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What happens when two spinning objects come into contact?

  1. Oct 9, 2011 #1
    1. What happens when two spinning disks collide?
    Suppose you have two flat, thin disks with uniformly distributed masses m1 and m2, moving at angular velocities ω1 and ω2. the two objects are brought together edge to edge, ie they collide. obviously as a result of this collision, the objects' angular velocities change. in order for such a change to occur, a torque must be applied. what I don't know is, where is the torque coming from that initiates this change, and what is the equation that describes that torque? it's an entirely conceptual question.

    2. Relevant equations
    The usual suspects:
    T = r x F (torque = cross product of object's position and the force)
    ω = α t + ω0 (angular velocity = angular acceleration x time plus initial angular velocity)
    beyond this, I'm not sure what other equations apply.

    3. The attempt at a solution
    it's conceptual, so I've mostly been muddling it out by deductive reasoning. if two objects are in contact, their circumferences are moving at velocities v1=ω1 R and v2=ω2 R. If these two velocities are equal and in opposite directions, like gears, then (based on real-life observation) they should exert no torque on one another.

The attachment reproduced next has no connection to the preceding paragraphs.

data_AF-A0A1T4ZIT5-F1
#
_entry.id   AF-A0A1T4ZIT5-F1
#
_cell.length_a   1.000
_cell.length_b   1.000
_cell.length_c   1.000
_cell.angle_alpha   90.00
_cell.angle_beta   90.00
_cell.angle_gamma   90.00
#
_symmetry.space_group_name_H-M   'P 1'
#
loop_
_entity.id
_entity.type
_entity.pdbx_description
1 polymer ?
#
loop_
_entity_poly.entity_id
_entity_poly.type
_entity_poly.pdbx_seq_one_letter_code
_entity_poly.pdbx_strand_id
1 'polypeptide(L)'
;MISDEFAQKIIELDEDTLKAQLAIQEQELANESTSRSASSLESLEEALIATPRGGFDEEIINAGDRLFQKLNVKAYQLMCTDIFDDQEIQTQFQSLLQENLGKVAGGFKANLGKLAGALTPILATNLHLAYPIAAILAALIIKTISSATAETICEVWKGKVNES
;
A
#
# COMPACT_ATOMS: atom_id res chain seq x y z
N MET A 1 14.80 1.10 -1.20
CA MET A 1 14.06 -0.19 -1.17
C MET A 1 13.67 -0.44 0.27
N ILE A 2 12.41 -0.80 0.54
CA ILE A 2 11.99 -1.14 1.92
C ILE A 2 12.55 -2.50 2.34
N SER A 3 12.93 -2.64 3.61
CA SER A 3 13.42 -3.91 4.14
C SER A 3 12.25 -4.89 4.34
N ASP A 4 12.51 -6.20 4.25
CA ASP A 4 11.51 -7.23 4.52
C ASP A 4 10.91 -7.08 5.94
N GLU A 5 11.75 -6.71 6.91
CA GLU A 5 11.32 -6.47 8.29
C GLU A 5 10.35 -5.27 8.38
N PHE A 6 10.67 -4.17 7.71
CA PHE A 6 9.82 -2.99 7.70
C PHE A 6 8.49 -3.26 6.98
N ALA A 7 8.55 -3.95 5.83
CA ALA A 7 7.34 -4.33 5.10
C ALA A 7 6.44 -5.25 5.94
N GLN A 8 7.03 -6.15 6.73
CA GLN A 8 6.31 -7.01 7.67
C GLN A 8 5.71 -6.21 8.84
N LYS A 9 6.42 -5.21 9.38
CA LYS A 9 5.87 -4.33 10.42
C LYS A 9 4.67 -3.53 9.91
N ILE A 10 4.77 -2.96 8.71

if their velocities are not equal in this fashion, then some force is exerted by one object on the other, to adjust the other's velocity towards this equal velocity. theoretically, the force should be proportional to the difference between the current and target velocities. but since i have no idea where this force comes from, that's about where my reasoning came to a halt.
  2. jcsd
  3. Oct 9, 2011 #2


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    Gold Member

    Suppose the disc edges are pushed together with some force F and suppose there is kinetic friction between the discs of μ. Then should the force acting at the rim be μF and the torque is μFR where R is the radius of the disc in question? The torque will continue to act until both discs have the same rim velocity?
  4. Oct 9, 2011 #3


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    Science Advisor

    With spinning objects, a lot depends on exactly how they hit!
  5. Oct 9, 2011 #4
    I feel really dumb now. of course it had to be friction. that makes so much sense.... thank you!
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